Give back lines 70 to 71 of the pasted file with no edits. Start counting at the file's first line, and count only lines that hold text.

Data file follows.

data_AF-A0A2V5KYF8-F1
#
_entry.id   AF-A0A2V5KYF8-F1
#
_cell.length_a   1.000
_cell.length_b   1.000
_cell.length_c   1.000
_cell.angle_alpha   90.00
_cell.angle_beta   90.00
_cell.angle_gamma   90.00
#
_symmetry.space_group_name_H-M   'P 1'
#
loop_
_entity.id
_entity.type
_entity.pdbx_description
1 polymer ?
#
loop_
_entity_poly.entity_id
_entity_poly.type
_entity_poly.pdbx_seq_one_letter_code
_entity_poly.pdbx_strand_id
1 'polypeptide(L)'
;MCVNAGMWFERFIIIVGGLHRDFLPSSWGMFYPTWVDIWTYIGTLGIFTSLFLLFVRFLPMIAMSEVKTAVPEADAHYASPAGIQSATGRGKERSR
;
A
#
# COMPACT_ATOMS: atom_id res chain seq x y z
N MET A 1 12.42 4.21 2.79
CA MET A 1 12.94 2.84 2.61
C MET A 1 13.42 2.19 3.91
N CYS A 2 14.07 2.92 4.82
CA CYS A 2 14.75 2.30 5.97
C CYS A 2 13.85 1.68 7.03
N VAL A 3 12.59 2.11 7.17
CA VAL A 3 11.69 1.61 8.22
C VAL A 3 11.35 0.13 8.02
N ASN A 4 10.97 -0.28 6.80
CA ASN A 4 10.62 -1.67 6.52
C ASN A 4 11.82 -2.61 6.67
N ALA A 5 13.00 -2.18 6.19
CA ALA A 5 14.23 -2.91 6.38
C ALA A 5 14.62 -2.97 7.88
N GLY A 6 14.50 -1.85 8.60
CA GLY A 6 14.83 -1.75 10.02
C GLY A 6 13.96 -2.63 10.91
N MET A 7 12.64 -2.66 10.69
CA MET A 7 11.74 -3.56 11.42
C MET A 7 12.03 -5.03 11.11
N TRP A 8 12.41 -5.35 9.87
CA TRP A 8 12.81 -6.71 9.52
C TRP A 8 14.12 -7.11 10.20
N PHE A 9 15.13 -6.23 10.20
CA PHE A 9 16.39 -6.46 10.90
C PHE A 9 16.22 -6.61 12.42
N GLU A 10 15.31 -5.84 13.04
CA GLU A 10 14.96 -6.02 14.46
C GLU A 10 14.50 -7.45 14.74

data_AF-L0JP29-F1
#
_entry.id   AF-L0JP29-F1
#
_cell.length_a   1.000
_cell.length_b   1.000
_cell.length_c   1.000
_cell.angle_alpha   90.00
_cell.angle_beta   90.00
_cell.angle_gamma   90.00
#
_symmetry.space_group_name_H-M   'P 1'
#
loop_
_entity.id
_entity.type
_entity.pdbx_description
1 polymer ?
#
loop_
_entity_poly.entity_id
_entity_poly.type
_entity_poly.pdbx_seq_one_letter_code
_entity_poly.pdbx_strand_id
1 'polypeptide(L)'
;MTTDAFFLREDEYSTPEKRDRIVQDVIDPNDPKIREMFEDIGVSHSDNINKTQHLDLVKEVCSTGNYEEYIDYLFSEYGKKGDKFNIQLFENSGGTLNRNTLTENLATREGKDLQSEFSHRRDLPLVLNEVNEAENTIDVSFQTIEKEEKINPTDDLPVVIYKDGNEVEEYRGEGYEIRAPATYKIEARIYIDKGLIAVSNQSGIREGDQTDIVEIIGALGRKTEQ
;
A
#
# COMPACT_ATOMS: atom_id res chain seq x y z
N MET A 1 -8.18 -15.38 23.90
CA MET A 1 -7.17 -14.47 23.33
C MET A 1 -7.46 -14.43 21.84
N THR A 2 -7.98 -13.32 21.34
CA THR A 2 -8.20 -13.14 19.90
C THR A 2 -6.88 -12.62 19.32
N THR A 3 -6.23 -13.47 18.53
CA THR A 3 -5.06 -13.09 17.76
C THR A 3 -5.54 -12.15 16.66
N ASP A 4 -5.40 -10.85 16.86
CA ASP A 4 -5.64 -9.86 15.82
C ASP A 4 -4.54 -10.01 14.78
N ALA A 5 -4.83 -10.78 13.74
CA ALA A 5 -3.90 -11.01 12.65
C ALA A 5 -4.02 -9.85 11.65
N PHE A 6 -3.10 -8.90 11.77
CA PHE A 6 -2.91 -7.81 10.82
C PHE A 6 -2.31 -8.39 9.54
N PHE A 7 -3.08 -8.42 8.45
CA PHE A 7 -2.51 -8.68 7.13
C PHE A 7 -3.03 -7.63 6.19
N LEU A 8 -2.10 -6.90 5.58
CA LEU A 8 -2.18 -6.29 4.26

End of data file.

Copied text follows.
_cell.angle_gamma   90.00
#